The Melbourne Cup might be the race that stops the nation, but the Birdsville Races is the race that sees the nation flock to one of Australia’s most remote towns.
Well, maybe not the whole nation, but over 6,000 eager racegoers transform the 100–person town of Birdsville into a pumping metropolis the first weekend of September.
It’s not just punters who travel hundreds of kilometres for the event – with $200,000 dollars in prize money up for grabs – horses and jockeys have been known to venture from interstate and overseas to gallop in the 13-race program.
Never heard of Birdsville or the Birdsville Races? We’ve got you covered with everything you need to know below.
With 1,590km of tarmac separating Birdsville and Brisbane, you’ll need more than one Spotify playlist to get to the south-west corner of Queensland.
Before you hit the highways, remember you’re heading to outback territory (read: 4WD country), so leave your VW Golf at home.
Regional Express Airlines operates flights from Brisbane to Birdsville, but with limited seats they sell out faster than the favourite runs in the Birdsville Cup – get in early.
Alternatively, find a mate with a light plane and for a small fee, park it right next to the Birdsville Hotel. Did someone say #rockstar arrival?
Side note: if you’re hitting the red dirt early on Sunday following a late night at the Variety Show in the Community Hall, Queensland Police are offering a free “blow before you go” service. Because, safety first.
Did you even go to Birdsville if you didn’t visit the Birdsville Hotel? Not only is it the only establishment in town to sit down to a meal, it’s also Australia’s most iconic pub.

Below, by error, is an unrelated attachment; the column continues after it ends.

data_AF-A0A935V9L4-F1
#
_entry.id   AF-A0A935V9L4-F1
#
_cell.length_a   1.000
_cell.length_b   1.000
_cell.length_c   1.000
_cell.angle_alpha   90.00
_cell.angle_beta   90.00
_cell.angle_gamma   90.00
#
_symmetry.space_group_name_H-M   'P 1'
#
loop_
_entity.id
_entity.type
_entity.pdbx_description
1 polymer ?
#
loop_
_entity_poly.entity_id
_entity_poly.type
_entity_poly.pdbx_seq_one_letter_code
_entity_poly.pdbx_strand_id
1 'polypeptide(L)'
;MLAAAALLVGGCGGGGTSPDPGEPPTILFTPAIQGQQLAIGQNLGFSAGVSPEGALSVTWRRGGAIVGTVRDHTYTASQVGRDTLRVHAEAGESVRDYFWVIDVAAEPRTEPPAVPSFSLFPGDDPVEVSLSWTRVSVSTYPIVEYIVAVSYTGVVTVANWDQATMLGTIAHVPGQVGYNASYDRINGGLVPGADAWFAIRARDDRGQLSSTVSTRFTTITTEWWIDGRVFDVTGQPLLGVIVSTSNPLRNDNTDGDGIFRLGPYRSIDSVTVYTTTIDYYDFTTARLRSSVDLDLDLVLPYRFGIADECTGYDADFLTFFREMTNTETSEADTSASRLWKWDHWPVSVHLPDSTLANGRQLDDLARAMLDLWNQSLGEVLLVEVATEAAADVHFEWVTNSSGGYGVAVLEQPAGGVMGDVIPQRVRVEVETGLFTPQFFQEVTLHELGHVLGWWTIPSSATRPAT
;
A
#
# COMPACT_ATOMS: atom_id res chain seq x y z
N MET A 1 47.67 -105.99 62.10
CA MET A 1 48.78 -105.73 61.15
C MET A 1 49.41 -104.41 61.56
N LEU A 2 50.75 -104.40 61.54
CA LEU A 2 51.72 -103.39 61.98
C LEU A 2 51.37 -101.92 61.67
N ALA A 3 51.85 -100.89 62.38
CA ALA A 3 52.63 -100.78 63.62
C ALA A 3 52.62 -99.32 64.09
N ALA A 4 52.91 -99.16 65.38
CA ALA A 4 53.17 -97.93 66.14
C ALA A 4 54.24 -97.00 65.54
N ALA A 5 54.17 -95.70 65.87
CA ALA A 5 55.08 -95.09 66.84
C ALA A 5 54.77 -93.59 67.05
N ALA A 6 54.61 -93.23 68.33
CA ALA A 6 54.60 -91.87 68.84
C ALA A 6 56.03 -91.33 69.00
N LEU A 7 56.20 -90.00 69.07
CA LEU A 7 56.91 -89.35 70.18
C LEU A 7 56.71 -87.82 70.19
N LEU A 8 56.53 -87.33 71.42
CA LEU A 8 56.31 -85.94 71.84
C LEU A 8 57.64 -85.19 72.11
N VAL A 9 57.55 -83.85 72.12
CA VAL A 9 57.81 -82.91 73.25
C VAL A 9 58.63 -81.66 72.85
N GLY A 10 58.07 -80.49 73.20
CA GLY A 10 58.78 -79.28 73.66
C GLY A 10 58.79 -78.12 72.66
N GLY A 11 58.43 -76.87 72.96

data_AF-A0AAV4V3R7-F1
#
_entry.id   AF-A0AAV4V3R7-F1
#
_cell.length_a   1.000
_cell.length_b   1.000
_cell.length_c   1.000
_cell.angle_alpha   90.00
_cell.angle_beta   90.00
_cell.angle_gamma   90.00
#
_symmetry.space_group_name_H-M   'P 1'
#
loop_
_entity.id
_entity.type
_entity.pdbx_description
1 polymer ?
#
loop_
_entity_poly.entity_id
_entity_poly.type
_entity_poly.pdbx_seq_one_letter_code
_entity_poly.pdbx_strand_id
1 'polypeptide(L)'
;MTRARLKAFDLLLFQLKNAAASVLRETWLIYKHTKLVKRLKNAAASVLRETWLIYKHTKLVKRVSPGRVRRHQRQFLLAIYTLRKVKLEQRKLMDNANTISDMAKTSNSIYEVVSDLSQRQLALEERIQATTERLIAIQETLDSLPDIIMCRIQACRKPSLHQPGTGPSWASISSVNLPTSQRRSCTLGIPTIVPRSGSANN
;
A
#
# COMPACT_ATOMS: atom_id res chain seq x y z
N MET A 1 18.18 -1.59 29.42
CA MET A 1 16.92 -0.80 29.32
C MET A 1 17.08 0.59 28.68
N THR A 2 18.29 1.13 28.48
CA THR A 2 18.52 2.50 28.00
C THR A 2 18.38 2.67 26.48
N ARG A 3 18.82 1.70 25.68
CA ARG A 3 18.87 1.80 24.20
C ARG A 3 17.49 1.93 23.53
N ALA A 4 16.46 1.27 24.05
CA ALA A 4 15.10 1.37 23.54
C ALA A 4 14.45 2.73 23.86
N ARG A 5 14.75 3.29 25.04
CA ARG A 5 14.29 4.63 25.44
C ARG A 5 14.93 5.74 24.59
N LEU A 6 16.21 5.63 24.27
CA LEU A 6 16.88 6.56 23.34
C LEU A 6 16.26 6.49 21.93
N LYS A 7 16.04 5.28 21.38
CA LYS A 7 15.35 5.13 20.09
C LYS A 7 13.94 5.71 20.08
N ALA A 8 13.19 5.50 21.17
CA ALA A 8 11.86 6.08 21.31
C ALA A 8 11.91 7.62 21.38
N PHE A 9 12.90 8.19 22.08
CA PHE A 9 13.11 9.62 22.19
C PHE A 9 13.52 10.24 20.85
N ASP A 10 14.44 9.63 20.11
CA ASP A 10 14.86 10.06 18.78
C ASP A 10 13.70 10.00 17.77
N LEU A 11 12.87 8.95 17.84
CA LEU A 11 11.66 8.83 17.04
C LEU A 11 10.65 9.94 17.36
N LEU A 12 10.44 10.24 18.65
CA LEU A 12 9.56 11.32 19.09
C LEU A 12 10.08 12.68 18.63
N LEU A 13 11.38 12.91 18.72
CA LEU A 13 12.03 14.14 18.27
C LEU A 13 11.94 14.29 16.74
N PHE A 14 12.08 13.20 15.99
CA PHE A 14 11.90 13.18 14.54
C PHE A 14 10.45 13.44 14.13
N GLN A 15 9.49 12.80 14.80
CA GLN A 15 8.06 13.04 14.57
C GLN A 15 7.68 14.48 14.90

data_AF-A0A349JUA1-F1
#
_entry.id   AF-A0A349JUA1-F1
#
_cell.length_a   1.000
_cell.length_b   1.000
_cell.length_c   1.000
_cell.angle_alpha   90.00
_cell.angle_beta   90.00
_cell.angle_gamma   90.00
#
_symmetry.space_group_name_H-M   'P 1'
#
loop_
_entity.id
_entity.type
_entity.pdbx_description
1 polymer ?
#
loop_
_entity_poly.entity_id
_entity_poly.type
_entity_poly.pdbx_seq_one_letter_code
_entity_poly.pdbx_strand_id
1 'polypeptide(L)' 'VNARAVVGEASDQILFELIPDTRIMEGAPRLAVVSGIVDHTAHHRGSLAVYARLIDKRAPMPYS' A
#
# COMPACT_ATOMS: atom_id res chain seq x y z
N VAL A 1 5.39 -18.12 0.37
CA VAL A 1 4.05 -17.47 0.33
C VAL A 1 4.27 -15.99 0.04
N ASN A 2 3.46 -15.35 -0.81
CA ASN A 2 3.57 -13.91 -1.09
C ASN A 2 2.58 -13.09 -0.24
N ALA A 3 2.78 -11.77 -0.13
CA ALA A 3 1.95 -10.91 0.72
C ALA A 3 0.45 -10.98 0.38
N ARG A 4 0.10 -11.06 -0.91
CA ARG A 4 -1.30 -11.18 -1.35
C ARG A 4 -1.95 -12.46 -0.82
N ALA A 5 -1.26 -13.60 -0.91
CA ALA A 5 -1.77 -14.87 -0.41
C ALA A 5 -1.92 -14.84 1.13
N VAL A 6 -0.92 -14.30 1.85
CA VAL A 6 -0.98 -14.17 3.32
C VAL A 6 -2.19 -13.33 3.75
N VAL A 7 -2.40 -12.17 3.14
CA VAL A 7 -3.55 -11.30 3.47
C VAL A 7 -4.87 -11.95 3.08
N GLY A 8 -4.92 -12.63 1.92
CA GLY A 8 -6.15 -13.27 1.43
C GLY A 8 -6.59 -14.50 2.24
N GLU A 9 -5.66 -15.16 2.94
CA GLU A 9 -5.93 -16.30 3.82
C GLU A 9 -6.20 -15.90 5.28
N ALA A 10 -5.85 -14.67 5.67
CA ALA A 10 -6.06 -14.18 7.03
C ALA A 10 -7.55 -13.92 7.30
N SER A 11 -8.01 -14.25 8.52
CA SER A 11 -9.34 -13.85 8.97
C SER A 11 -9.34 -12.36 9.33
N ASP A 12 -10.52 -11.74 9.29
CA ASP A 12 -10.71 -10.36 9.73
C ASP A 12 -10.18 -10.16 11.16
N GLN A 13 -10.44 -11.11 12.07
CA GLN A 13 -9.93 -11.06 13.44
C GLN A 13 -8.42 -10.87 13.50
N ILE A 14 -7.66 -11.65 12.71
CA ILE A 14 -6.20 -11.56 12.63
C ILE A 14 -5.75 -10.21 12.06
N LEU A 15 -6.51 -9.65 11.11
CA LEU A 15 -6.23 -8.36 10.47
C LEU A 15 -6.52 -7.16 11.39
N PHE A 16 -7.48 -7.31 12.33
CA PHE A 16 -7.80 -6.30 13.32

For a no-frills option, head to one of the food vendors set up during race week outside the Visitor Centre – pumping out burgers, fried-rice, pizzas and the all-important barista-made coffee.
You won’t find a Coles or Woolies in Birdsville, but the Roadhouse or Fuel Service can sort you out for any last-minute supplies.
Take your dining experience up a few notches and book a seat in the OBE Pavilion to dine on the likes of 12–hour smoked OBE Organic beef short ribs, served by Simon Burr from award-winning South Australian restaurant, Olfactory Inn.
DIY your digs, and either bring a hotel on wheels, book a cabin at one of the camping grounds and tourist parks or stake your claim at the free campsites on the Birdsville side of the Diamantina River.
If you prefer your accommodation to come with solid foundations, book to stay at the Birdsville Tourist Park, who offer cabins (with or without an ensuite), as well as caravan and camping sites.
Camping doesn’t mean you need all the gear, either. Turn up and roll into your pre-pitched tent at Tent City, which include a stretcher bed with mattress, hot shower facilities and bathrooms, just a short walk to the centre of town.
Sadly, no matter how early you organise your pilgrimage to the event, the Birdsville Hotel closes its accommodation doors during race week.
Win, place, each way, exacta, quinella or trifecta, punters will be happy to know there’s no hidden tricks to placing a bet at the Birdsville Races.
Not familiar with how to place a bet or the different types of bets? Head to one of the 14 on-course bookmakers (bookies) to get in the know with the difference between placing a bet ‘on the nose’ or a ‘boxed trifecta’.
Don’t think because you’re in the outback you can leave your fascinator or collared shirt at home – it’s the races, after all.
However, with a Best Dressed Novelty category as part of the Fashions on the Field competition, expect to see groups arrive in outfits normally reserved for Halloween.
Held during the first weekend in September, expect warm days and cool nights ranging from 10 degrees to mid-20s, so pack your sunscreen, hat and a warm jacket.
Oh, and take it from us, don’t wear any shoes you intend to keep pristine. This is red dirt country and you’ll be tipping sand out of your stilettos all day.
Have you been to the Birdsville Races? What did you think of the iconic event?